Ireland truly was a special place for me, but for some reason I hadn’t written much about it. I was blown away by the friendly locals and stunning countryside, but had trouble finding the words to describe the beauty of it.
That was, until I reviewed my photos and realized that I simply couldn’t fail to pass along information on the amazing west coast attractions.
I was very surprised to learn that this is actually the least fertile part of Ireland, given I come from the desert and this looked pretty darn green and lush to me, not to mention it boasts some amazingly gorgeous beaches that you can get almost completely to yourself (check that link for another idea of a great way to spend a day in this area).
The area was hit very hard by the potato blight as well as emigration, resulting in a relatively small population as compared to the past, which these days makes for a great array of off the beaten path adventures:
The Great Western Greenway
Hop on a bicycle and cycle the Great Western Greenway, aptly named as the view along the entire ride is rewarding as is the exercise kick. The entire greenway stretches for 42 km along the western Irish coast from Westport to Achill.
Check out this map for a better idea of where to bike and where to eat some amazing Irish cuisine along the way.
Cliffs of Moher
Though arguably firmly on the tourist trail, the Cliffs of Moher are wildly popular for a reason.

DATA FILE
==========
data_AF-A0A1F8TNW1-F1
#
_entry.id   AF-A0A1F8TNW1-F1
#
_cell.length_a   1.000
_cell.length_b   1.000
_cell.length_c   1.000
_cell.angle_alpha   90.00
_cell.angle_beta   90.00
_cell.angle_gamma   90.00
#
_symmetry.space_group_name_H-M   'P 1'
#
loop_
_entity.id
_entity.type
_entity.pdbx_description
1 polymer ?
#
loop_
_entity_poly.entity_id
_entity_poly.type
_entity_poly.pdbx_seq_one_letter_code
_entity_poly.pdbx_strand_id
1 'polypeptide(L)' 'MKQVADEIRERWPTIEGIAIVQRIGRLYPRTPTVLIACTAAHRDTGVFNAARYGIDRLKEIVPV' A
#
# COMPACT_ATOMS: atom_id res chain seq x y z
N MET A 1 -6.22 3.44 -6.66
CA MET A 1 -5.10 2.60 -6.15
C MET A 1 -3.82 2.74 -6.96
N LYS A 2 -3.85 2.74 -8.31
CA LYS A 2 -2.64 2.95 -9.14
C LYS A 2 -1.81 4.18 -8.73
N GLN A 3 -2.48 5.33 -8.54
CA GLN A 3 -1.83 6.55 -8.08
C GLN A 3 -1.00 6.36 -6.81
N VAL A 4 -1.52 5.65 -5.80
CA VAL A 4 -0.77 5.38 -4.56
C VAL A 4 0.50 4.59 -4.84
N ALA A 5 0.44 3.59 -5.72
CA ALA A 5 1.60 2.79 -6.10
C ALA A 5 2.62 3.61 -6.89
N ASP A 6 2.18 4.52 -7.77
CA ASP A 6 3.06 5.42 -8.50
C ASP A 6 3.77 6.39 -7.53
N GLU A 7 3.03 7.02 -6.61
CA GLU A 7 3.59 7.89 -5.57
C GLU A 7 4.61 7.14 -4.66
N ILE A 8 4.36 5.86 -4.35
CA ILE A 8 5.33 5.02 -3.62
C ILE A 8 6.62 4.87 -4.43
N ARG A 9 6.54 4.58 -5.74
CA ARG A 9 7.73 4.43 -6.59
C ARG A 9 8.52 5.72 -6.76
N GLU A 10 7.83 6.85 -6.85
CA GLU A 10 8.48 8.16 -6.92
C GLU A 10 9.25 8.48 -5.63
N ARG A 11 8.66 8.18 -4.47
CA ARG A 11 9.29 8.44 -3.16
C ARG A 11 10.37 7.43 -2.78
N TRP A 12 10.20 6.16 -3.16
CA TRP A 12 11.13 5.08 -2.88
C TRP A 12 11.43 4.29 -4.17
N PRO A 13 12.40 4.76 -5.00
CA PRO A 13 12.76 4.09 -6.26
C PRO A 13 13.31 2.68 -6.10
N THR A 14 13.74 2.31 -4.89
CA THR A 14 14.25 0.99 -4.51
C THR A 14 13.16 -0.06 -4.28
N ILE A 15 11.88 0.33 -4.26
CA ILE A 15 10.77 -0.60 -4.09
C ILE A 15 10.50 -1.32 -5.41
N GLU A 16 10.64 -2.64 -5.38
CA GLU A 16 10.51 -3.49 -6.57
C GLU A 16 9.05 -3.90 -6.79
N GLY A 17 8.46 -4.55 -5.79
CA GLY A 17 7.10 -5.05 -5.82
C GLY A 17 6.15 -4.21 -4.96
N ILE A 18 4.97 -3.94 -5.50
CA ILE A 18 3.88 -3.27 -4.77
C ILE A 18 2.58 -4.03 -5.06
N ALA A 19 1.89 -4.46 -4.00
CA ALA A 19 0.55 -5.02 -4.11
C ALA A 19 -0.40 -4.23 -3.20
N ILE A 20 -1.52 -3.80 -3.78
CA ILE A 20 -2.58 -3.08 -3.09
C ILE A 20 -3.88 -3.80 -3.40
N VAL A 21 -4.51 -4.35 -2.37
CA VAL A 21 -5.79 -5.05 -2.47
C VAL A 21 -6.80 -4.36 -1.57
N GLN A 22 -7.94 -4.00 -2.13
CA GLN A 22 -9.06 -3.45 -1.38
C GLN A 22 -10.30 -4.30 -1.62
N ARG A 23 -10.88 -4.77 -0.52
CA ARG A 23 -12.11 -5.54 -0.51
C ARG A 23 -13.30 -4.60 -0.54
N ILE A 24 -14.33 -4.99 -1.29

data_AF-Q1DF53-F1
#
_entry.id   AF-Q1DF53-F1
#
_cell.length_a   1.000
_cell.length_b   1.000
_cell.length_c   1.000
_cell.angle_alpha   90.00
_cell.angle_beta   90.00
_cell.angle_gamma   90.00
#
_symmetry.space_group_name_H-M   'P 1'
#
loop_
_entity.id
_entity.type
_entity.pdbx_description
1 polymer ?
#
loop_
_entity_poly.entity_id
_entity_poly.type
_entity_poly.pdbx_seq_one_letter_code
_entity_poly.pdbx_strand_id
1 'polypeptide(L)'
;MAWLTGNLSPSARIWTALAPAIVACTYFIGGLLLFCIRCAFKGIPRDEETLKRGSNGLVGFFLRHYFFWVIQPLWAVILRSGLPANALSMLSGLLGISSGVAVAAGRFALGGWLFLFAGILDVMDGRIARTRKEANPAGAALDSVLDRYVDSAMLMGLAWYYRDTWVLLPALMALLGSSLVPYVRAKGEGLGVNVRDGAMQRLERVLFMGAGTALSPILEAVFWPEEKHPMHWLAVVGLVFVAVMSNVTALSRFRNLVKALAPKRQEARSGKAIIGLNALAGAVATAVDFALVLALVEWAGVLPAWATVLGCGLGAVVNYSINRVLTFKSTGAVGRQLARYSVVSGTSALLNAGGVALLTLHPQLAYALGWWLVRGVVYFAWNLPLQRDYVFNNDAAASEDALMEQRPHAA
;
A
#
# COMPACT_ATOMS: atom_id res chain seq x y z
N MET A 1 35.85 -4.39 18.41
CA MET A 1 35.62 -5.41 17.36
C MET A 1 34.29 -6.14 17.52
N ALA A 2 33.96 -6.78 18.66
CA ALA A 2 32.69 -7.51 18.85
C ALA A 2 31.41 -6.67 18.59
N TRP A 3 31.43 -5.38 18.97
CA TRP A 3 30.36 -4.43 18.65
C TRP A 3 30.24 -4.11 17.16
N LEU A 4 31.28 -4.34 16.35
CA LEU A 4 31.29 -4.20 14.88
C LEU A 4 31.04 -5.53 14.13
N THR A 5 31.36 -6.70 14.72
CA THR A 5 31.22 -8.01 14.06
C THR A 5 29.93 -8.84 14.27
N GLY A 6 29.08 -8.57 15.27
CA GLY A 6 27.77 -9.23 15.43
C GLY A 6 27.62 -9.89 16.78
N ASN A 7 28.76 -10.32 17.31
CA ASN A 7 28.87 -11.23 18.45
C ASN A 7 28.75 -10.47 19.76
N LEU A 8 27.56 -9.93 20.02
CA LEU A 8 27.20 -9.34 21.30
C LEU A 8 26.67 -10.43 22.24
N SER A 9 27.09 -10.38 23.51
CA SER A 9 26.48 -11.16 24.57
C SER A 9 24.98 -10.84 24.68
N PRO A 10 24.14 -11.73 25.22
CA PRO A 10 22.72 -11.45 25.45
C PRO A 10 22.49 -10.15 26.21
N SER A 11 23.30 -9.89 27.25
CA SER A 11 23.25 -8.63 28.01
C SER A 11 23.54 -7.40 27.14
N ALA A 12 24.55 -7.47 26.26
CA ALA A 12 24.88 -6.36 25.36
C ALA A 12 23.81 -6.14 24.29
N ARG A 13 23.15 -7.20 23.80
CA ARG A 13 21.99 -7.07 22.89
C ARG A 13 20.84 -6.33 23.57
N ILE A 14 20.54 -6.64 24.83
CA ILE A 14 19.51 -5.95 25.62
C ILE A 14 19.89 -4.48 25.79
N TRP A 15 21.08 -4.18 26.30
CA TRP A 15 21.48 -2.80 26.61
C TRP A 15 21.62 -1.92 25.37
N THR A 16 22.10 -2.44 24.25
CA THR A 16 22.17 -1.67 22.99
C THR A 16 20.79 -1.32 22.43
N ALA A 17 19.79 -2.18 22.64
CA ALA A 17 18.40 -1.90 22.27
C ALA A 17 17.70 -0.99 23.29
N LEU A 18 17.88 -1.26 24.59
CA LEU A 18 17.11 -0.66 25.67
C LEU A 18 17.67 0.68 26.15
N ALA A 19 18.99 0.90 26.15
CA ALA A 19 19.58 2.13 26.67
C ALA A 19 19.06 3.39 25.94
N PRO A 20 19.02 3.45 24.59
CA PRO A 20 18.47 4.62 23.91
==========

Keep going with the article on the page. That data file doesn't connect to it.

Easily accessed as a day trip from both Dublin and Galway (though it’s a mighty long bus ride from the former), these cliffs are well worth taking a look at. If you’re lucky, you’ll get them on a day as clear as I did:
Cnoc Suain in Spiddal
Stop at the Cnoc Suain a few miles outside of Galway – a restored 17th century Connemara hill-village set on 200 acres of bogland.
The family that lives there has committed their lives to educating visitors more about Irish culture, the ties of western Ireland to the bogs and the importance of peet as fuel, as well as some traditional Irish music and dancing.
Visitors can even stay here overnight in one of the cottages, which in hindsight I absolutely would have done. It’s incredibly peaceful and warmly welcoming at the same time.
Though I certainly can’t consider myself Irish, given my family has been in the United States since the Mayflower, I couldn’t help but feel somewhat connected to this part of the world, and its history. Part of my heritage is Irish (I believe my surname is as well), which had me wondering about my forefathers who walked these very same fields.
I wonder how they felt about the bogs, how hard it was to leave this beautiful place for the bustle and confusion of the United States, and if they ever missed it.
I feel lucky to have seen it for myself.
Have you been to western Ireland or are you planning to go?